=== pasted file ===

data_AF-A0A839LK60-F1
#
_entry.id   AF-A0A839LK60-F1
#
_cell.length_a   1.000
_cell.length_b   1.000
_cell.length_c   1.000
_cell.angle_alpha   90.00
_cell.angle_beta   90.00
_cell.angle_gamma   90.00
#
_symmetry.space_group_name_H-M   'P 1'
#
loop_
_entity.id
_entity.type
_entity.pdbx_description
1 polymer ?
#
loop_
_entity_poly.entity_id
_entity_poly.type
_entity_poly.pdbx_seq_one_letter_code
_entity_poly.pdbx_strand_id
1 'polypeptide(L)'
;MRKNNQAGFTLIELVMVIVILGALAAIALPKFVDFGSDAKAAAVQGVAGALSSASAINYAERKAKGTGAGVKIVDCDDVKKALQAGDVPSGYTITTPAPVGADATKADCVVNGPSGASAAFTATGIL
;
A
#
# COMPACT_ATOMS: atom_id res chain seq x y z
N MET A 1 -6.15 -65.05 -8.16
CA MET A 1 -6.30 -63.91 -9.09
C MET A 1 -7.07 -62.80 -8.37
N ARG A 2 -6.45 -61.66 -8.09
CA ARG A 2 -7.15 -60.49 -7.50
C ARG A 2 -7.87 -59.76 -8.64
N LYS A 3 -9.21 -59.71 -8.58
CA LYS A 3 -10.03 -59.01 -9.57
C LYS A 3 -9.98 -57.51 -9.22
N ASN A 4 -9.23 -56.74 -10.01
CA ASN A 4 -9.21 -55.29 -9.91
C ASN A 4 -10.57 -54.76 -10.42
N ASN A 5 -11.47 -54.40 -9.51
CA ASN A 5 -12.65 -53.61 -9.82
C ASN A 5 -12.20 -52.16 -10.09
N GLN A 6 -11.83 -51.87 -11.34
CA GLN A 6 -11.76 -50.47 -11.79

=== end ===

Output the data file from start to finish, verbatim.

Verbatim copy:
data_AF-A0A839LK60-F1
#
_entry.id   AF-A0A839LK60-F1
#
_cell.length_a   1.000
_cell.length_b   1.000
_cell.length_c   1.000
_cell.angle_alpha   90.00
_cell.angle_beta   90.00
_cell.angle_gamma   90.00
#
_symmetry.space_group_name_H-M   'P 1'
#
loop_
_entity.id
_entity.type
_entity.pdbx_description
1 polymer ?
#
loop_
_entity_poly.entity_id
_entity_poly.type
_entity_poly.pdbx_seq_one_letter_code
_entity_poly.pdbx_strand_id
1 'polypeptide(L)'
;MRKNNQAGFTLIELVMVIVILGALAAIALPKFVDFGSDAKAAAVQGVAGALSSASAINYAERKAKGTGAGVKIVDCDDVKKALQAGDVPSGYTITTPAPVGADATKADCVVNGPSGASAAFTATGIL
;
A
#
# COMPACT_ATOMS: atom_id res chain seq x y z
N MET A 1 -6.15 -65.05 -8.16
CA MET A 1 -6.30 -63.91 -9.09
C MET A 1 -7.07 -62.80 -8.37
N ARG A 2 -6.45 -61.66 -8.09
CA ARG A 2 -7.15 -60.49 -7.50
C ARG A 2 -7.87 -59.76 -8.64
N LYS A 3 -9.21 -59.71 -8.58
CA LYS A 3 -10.03 -59.01 -9.57
C LYS A 3 -9.98 -57.51 -9.22
N ASN A 4 -9.23 -56.74 -10.01
CA ASN A 4 -9.21 -55.29 -9.91
C ASN A 4 -10.57 -54.76 -10.42
N ASN A 5 -11.47 -54.40 -9.51
CA ASN A 5 -12.65 -53.61 -9.82
C ASN A 5 -12.20 -52.16 -10.09
N GLN A 6 -11.83 -51.87 -11.34
CA GLN A 6 -11.76 -50.47 -11.79